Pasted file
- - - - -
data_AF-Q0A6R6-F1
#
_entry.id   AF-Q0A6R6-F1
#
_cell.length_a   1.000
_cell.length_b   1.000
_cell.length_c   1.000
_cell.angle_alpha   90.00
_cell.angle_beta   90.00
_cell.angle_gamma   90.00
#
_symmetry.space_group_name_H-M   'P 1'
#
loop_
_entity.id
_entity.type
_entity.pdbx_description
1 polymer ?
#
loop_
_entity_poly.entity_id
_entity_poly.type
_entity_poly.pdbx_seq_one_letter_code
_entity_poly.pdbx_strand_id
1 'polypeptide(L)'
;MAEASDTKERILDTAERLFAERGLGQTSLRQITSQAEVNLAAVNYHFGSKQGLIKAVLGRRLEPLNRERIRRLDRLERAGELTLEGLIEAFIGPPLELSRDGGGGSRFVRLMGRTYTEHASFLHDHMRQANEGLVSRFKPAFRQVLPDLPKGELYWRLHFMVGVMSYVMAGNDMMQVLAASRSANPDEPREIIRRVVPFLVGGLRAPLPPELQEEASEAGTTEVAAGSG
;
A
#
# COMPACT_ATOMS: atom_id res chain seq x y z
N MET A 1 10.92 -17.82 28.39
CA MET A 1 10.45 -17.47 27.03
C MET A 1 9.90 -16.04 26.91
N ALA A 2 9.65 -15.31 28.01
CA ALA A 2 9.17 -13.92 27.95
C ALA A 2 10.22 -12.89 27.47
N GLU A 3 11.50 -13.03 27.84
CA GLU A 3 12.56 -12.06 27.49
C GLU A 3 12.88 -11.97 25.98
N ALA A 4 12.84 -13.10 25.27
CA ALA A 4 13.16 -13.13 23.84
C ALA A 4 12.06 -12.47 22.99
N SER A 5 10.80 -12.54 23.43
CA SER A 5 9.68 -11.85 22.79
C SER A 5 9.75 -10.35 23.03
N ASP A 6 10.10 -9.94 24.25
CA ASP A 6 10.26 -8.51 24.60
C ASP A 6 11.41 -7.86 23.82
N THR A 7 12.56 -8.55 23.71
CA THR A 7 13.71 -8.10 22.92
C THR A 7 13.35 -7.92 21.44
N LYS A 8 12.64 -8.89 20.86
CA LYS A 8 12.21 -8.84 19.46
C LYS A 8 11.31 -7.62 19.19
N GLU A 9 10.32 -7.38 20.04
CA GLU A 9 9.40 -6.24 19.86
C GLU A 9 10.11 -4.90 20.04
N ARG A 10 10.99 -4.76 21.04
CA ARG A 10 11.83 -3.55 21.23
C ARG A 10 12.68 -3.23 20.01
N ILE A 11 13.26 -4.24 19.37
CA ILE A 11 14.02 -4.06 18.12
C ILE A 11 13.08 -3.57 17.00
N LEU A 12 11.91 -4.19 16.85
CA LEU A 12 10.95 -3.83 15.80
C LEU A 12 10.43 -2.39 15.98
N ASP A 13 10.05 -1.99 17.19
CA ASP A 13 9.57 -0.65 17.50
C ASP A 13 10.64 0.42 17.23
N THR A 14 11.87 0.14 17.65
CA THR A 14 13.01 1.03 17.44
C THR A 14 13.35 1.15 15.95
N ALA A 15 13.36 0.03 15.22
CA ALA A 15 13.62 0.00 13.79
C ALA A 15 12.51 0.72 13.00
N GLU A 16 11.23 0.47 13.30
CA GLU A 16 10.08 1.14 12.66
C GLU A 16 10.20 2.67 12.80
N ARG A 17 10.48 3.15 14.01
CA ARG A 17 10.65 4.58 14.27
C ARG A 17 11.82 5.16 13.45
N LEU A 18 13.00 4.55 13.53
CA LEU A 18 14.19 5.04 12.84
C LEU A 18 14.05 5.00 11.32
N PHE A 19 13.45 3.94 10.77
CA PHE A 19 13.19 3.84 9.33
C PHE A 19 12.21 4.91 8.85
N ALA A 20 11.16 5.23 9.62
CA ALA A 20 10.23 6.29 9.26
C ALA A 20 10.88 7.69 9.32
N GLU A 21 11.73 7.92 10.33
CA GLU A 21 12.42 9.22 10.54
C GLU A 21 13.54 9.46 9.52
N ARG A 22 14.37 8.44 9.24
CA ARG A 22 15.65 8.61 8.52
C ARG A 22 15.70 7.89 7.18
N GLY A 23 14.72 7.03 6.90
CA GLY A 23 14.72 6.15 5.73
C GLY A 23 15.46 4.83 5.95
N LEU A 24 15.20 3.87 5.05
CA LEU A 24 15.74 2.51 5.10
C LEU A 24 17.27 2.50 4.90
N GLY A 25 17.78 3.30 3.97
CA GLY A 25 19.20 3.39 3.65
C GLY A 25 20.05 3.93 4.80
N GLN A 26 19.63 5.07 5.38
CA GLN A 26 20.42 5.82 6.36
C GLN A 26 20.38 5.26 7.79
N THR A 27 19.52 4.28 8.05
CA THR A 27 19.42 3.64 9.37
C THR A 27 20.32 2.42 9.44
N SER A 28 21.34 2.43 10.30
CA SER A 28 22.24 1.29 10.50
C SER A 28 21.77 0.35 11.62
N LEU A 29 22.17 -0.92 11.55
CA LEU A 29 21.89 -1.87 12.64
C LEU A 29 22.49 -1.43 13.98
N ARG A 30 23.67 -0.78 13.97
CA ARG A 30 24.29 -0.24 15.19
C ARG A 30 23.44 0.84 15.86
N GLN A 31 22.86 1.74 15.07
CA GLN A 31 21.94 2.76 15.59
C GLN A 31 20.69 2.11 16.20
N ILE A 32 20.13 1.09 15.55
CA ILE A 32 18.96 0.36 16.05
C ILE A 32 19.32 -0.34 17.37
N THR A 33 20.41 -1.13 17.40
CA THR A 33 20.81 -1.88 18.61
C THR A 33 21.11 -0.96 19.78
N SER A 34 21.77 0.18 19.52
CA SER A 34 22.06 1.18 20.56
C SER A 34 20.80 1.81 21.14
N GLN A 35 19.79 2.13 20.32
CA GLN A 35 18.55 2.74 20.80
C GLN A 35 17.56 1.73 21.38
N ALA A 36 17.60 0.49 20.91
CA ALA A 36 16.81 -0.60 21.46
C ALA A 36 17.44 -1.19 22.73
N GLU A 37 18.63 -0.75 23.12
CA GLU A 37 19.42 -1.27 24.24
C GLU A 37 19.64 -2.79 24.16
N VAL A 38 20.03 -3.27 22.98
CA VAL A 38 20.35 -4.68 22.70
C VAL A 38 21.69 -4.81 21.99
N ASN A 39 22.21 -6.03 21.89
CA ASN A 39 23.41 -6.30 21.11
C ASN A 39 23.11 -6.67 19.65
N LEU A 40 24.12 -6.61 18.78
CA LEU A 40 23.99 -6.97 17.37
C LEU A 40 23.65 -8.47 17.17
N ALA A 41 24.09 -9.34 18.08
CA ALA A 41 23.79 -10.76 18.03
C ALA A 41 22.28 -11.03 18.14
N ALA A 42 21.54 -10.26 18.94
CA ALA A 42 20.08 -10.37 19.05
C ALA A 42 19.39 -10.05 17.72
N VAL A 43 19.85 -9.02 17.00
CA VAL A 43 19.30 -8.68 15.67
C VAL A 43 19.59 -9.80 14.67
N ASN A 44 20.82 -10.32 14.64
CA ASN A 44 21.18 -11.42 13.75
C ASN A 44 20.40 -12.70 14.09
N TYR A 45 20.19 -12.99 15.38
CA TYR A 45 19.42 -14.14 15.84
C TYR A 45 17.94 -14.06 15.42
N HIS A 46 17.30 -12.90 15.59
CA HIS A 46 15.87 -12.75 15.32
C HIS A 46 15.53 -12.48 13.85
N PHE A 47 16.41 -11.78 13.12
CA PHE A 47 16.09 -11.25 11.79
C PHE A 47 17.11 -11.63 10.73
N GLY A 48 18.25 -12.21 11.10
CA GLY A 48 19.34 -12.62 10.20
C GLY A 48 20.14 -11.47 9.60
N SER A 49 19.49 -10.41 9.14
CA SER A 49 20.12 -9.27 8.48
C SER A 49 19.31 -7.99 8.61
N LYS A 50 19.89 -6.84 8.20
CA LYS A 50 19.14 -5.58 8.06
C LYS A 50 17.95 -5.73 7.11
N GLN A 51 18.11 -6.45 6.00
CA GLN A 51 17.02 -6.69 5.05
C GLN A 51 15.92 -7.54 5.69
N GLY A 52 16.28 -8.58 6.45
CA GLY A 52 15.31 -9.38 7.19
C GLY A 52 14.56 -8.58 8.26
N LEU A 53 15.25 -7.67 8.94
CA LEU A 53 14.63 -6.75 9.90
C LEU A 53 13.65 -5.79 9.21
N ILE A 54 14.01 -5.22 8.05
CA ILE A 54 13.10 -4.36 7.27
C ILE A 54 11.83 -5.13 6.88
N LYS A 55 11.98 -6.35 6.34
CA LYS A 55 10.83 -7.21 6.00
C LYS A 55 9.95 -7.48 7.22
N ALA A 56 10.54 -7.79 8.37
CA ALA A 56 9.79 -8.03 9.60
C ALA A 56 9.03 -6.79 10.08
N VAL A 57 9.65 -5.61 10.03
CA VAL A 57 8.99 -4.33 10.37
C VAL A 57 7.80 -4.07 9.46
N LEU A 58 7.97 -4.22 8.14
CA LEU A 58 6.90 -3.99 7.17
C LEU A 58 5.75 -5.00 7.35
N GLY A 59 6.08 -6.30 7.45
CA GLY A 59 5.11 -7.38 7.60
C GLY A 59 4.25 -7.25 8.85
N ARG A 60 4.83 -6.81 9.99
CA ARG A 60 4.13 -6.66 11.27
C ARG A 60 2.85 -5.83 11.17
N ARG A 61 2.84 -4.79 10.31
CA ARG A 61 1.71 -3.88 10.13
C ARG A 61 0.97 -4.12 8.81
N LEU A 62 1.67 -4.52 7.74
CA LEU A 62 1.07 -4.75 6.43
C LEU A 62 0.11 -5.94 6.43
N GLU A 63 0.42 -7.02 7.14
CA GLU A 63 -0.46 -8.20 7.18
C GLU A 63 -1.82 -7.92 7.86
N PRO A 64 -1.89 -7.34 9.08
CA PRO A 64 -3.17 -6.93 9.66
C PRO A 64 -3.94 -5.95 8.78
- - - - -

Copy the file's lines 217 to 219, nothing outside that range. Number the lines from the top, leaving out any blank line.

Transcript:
N GLU A 63 0.42 -7.02 7.14
CA GLU A 63 -0.46 -8.20 7.18
C GLU A 63 -1.82 -7.92 7.86